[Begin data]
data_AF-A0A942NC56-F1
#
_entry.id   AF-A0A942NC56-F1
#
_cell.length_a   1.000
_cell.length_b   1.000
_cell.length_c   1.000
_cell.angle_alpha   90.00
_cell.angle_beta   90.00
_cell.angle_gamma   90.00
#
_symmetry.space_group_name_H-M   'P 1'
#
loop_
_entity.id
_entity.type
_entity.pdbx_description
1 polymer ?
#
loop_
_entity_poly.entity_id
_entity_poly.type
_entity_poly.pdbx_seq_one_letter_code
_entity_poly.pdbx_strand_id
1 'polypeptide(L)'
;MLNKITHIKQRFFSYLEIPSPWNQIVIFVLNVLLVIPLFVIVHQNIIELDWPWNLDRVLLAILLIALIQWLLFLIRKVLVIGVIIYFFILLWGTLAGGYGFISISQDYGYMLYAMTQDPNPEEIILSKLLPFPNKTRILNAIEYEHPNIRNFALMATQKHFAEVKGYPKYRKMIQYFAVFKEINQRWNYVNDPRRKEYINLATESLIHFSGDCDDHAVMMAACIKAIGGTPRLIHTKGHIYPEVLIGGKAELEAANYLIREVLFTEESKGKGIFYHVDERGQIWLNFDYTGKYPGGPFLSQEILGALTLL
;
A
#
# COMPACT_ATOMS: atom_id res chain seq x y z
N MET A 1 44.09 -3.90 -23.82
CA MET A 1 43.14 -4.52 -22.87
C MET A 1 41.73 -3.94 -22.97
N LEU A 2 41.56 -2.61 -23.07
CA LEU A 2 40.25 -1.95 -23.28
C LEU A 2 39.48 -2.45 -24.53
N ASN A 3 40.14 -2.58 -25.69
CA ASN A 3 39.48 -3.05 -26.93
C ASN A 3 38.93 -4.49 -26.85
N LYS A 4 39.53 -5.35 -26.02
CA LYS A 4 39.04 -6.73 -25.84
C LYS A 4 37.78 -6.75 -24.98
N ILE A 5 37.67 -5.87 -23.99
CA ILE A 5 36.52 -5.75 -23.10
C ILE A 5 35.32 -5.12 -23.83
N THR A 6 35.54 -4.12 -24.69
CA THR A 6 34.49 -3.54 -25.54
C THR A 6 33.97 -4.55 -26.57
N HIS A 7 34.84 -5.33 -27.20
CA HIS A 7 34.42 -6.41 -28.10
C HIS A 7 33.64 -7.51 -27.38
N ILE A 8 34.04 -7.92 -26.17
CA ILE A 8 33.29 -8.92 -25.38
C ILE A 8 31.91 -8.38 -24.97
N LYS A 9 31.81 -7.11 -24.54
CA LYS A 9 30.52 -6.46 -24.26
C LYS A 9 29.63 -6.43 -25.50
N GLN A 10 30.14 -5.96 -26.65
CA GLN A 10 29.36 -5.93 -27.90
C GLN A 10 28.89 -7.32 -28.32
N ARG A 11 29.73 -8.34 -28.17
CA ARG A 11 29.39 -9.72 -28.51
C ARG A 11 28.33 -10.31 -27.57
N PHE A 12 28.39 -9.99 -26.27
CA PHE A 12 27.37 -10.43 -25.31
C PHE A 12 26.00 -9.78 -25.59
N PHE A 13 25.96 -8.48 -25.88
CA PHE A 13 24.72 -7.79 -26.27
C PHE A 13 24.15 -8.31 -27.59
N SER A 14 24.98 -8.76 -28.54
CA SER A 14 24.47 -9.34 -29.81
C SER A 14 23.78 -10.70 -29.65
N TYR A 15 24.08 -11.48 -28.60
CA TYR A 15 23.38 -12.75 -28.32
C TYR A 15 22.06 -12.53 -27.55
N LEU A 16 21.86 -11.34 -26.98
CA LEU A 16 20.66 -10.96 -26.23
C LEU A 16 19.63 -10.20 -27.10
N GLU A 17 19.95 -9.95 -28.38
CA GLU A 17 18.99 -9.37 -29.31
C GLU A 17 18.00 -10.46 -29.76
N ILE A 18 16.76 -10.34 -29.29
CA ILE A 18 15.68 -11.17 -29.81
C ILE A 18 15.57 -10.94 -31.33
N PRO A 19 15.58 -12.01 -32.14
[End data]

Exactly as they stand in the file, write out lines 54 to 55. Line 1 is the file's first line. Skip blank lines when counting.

C ILE A 8 31.91 -8.38 -24.97
N LYS A 9 31.81 -7.11 -24.54